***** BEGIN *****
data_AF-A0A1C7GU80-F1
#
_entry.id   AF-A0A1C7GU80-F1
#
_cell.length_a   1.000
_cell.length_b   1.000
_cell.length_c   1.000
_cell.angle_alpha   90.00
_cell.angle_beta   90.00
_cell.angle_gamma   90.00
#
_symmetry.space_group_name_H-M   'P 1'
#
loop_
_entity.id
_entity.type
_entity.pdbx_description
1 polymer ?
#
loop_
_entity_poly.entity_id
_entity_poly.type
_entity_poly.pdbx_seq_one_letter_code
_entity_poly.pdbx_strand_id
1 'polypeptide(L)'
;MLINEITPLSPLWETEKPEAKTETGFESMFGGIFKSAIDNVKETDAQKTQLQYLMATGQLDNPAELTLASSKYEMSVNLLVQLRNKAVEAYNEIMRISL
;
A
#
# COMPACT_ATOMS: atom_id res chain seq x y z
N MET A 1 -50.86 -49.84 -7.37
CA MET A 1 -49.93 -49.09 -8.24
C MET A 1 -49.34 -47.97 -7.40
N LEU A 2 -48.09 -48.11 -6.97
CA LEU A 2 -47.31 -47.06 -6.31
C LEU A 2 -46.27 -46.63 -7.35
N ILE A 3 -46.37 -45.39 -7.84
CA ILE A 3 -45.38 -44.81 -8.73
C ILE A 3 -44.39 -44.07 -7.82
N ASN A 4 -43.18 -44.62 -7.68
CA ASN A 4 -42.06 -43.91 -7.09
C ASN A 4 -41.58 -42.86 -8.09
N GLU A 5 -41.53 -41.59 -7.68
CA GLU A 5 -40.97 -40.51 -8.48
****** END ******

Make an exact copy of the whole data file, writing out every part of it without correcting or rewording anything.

data_AF-A0A1C7GU80-F1
#
_entry.id   AF-A0A1C7GU80-F1
#
_cell.length_a   1.000
_cell.length_b   1.000
_cell.length_c   1.000
_cell.angle_alpha   90.00
_cell.angle_beta   90.00
_cell.angle_gamma   90.00
#
_symmetry.space_group_name_H-M   'P 1'
#
loop_
_entity.id
_entity.type
_entity.pdbx_description
1 polymer ?
#
loop_
_entity_poly.entity_id
_entity_poly.type
_entity_poly.pdbx_seq_one_letter_code
_entity_poly.pdbx_strand_id
1 'polypeptide(L)'
;MLINEITPLSPLWETEKPEAKTETGFESMFGGIFKSAIDNVKETDAQKTQLQYLMATGQLDNPAELTLASSKYEMSVNLLVQLRNKAVEAYNEIMRISL
;
A
#
# COMPACT_ATOMS: atom_id res chain seq x y z
N MET A 1 -50.86 -49.84 -7.37
CA MET A 1 -49.93 -49.09 -8.24
C MET A 1 -49.34 -47.97 -7.40
N LEU A 2 -48.09 -48.11 -6.97
CA LEU A 2 -47.31 -47.06 -6.31
C LEU A 2 -46.27 -46.63 -7.35
N ILE A 3 -46.37 -45.39 -7.84
CA ILE A 3 -45.38 -44.81 -8.73
C ILE A 3 -44.39 -44.07 -7.82
N ASN A 4 -43.18 -44.62 -7.68
CA ASN A 4 -42.06 -43.91 -7.09
C ASN A 4 -41.58 -42.86 -8.09
N GLU A 5 -41.53 -41.59 -7.68
CA GLU A 5 -40.97 -40.51 -8.48